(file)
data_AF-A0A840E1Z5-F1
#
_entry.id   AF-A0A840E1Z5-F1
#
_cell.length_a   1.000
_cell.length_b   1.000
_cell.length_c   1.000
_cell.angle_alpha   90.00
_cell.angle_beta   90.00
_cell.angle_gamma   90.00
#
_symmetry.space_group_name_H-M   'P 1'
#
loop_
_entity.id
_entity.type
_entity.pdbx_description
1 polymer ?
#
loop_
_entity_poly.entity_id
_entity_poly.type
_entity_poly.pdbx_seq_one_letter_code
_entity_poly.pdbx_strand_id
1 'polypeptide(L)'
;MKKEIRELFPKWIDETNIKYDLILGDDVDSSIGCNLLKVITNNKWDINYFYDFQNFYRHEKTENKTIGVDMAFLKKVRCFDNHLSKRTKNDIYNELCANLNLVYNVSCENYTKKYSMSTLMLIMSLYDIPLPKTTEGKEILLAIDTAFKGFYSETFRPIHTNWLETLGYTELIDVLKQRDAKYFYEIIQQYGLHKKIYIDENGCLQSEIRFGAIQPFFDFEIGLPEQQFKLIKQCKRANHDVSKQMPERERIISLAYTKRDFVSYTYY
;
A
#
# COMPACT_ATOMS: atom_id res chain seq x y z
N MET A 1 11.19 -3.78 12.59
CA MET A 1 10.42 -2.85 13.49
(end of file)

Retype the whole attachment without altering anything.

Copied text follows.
data_AF-A0A840E1Z5-F1
#
_entry.id   AF-A0A840E1Z5-F1
#
_cell.length_a   1.000
_cell.length_b   1.000
_cell.length_c   1.000
_cell.angle_alpha   90.00
_cell.angle_beta   90.00
_cell.angle_gamma   90.00
#
_symmetry.space_group_name_H-M   'P 1'
#
loop_
_entity.id
_entity.type
_entity.pdbx_description
1 polymer ?
#
loop_
_entity_poly.entity_id
_entity_poly.type
_entity_poly.pdbx_seq_one_letter_code
_entity_poly.pdbx_strand_id
1 'polypeptide(L)'
;MKKEIRELFPKWIDETNIKYDLILGDDVDSSIGCNLLKVITNNKWDINYFYDFQNFYRHEKTENKTIGVDMAFLKKVRCFDNHLSKRTKNDIYNELCANLNLVYNVSCENYTKKYSMSTLMLIMSLYDIPLPKTTEGKEILLAIDTAFKGFYSETFRPIHTNWLETLGYTELIDVLKQRDAKYFYEIIQQYGLHKKIYIDENGCLQSEIRFGAIQPFFDFEIGLPEQQFKLIKQCKRANHDVSKQMPERERIISLAYTKRDFVSYTYY
;
A
#
# COMPACT_ATOMS: atom_id res chain seq x y z
N MET A 1 11.19 -3.78 12.59
CA MET A 1 10.42 -2.85 13.49